Recently, the Clinton campaign proudly rolled out its new campaign plane, complete with the “Stronger Together” slogan emblazoned on the fuselage. The moment seemed to be something of an emotional pick-me-up for everyone, including the nominee. She even strolled into the press area of the plane (yes, this Clinton campaign vehicle has a place for the press!), chatting informally and taking reporters’ questions.
A “new” Hillary Clinton?
It certainly was a novel experience for the press corps. The last time Clinton had taken several questions from the press (discounting an address to a conference of journalists in August, which included some Q&A) was . . . well, let’s just say this little chat with the press could almost have been an anniversary celebration.
Is this the beginning of a new openness?
Of course, people have been talking for months, and then retracting what they said, about a ‘new’ Donald Trump, too. There’ll be a “pivot” toward the general election, some surrogates have promised. Trump even accepted an invitation from the president of Mexico for a little “looking presidential” field trip and appeared not to have demanded (in that meeting at least) that Mexico pay for the wall he promises he’ll build.
Is this the beginning of a new, more diplomatic approach to our neighbors, domestically as well as internationally?
In both cases, I think most observers would say the answer is, No.
Some would add, apologetically or perhaps even proudly, that this is just the way these would-be presidents are. Self-protective. Pugilistic.
Every human being has preferences about how to deal with others: how social we are and with whom, how open we are about our feelings and with whom, how willing we are to make demands or give commands, and how willing to respond to the direction of others. It even may be that some of this is coded in our DNA.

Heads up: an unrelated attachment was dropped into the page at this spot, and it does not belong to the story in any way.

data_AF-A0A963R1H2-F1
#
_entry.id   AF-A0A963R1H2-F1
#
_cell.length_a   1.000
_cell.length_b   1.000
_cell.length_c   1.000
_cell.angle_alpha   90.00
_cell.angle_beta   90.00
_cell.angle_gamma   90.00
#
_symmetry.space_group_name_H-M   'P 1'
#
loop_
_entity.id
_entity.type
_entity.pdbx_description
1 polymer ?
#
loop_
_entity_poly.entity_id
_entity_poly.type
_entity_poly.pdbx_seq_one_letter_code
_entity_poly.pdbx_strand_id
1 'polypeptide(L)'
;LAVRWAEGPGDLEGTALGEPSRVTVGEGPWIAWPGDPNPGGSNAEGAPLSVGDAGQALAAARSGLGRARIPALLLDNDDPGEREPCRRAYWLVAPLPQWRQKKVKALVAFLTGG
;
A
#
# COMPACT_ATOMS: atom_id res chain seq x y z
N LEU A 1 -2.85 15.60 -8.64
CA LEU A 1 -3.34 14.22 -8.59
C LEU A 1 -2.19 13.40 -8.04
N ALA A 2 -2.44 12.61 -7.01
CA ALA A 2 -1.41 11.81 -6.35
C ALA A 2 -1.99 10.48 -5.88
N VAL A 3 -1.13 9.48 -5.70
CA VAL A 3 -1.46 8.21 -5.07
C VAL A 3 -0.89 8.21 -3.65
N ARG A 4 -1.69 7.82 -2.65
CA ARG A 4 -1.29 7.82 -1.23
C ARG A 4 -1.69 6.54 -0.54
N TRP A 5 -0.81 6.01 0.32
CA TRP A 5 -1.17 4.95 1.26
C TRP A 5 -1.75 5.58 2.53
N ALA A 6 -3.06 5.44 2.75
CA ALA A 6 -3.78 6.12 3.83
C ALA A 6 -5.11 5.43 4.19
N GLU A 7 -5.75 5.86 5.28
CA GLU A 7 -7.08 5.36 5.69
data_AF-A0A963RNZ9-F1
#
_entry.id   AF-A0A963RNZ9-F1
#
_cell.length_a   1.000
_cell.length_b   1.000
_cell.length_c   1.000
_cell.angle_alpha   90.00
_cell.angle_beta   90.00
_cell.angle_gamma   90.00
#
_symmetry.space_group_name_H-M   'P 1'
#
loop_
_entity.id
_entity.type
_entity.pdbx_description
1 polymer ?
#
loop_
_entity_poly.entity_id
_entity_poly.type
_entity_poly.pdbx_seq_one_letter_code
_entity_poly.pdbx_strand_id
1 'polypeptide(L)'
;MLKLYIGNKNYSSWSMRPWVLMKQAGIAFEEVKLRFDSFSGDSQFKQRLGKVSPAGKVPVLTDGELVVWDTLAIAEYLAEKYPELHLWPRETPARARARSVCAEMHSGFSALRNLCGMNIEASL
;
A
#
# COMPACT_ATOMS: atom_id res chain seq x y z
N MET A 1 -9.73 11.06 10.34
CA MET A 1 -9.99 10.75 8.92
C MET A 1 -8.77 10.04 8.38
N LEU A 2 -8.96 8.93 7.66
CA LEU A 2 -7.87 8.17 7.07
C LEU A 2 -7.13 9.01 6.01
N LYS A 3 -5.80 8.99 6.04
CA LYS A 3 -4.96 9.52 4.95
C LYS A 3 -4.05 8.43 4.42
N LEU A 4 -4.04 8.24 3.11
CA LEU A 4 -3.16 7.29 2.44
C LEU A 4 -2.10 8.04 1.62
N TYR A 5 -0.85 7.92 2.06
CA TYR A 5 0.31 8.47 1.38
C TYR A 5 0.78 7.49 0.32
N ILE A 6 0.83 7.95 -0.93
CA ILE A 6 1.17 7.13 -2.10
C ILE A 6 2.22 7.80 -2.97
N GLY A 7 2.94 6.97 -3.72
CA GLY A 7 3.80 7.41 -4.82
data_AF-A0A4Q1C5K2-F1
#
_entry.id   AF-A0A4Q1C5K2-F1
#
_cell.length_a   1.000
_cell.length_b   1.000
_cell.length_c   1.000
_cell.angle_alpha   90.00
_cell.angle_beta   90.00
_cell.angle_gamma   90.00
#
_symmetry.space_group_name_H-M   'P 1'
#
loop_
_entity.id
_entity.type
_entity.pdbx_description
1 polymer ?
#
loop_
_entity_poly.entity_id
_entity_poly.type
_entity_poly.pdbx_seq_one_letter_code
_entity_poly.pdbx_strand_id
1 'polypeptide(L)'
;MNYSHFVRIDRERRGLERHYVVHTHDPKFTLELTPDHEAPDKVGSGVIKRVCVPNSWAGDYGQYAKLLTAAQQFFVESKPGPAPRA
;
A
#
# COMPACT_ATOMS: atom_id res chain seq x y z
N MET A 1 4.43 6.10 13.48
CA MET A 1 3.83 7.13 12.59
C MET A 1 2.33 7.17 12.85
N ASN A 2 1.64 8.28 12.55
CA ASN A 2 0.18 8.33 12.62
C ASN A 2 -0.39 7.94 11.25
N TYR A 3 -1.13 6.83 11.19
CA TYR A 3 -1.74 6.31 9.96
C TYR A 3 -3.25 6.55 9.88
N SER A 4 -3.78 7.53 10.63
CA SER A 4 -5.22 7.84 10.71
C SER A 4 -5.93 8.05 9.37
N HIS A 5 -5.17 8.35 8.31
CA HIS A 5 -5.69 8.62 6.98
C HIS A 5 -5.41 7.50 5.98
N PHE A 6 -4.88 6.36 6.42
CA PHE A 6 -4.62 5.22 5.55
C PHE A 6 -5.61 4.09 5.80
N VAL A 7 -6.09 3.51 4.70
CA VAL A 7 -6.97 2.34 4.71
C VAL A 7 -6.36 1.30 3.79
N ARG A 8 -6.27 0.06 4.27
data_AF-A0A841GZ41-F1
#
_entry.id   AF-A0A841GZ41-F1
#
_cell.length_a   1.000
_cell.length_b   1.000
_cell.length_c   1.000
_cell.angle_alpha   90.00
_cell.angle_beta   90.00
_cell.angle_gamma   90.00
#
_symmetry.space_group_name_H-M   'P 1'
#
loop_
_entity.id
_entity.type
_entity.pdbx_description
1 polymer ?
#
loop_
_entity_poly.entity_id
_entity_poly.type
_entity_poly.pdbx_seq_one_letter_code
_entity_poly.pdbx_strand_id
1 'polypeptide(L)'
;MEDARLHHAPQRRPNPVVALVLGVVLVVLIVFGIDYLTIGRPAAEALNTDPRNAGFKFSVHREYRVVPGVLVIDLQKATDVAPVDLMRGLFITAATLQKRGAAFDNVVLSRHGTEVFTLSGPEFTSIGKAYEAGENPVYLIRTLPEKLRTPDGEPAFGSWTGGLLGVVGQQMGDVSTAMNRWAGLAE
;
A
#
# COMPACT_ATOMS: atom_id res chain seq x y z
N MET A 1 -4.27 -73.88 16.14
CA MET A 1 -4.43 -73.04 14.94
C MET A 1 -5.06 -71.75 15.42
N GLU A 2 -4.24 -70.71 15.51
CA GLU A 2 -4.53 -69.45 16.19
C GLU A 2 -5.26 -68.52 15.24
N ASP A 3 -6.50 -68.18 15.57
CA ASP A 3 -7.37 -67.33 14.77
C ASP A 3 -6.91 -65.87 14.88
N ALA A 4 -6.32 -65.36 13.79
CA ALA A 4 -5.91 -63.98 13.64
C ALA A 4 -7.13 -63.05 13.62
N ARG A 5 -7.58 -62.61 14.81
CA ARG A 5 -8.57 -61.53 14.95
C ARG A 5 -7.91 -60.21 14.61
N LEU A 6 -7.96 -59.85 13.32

It is at least as likely, however, that we weren’t simply “born this way.” From earliest childhood on through our adulthood, we mold and chisel our personal preferences, our personality traits, out of the raw materials provided by life experiences.
My concern isn’t whether this is “nature” or “nurture.” I’ll gladly grant large percentages of responsibility to each.
But born or breed this way is not the same as having to behave this way. Our nature and our upbringing may make some things easy, some things less so, but they do not determine how we choose to act in any given situation. We still make choices, conditioned as they may be.
If we would choose to be leaders, especially leaders with serious responsibilities for the well-being of individuals (let alone nations), those we would lead have a right to expect some self-awareness, some ability to step outside of our comfort zone, and a great willingness, not simply to “do what comes naturally,” but to do what is best for those we seek to lead.
It’s not always about how we feel. It is always about what is right.
It is right to express compassion for those who are suffering, even if one isn’t really feeling it. A good leader knows compassion is the right response . . . and provides it, not simply for rating points, but out of a conscious commitment to those who are suffering.
It is right for a leader to be strong in a tough situation, even if one is feeling pretty weak. The good leader doesn’t exhibit strength just to shore up support in a key constituency, but out of commitment to the people who are relying on the leader to be strong.
Leaders aren’t born. Leaders aren’t made. Leaders become leaders because they choose to be leaders and learn to make choices that inspire others to follow.
Biology and background may make some of the critical choices easier for some than for others. History may provide a particular individual with a particular “package” with an easier path to ascendancy at a particular moment in time.
But we ought not to count on history to make us leaders.
We should count, instead, on the story we choose to tell with our lives. And that story is a choice, fashioned with immutable facts and unavoidable events, but fashioned nonetheless by the choices we make, choices that produce some of those facts and events, choices that are our response to them as well.
The story we choose to tell with our lives is what makes us fit or unfit for leadership, whether of the PTA or of the USA. Great leaders aren’t born that way; it is rather, how they have born what life has laid on their shoulders that makes them so.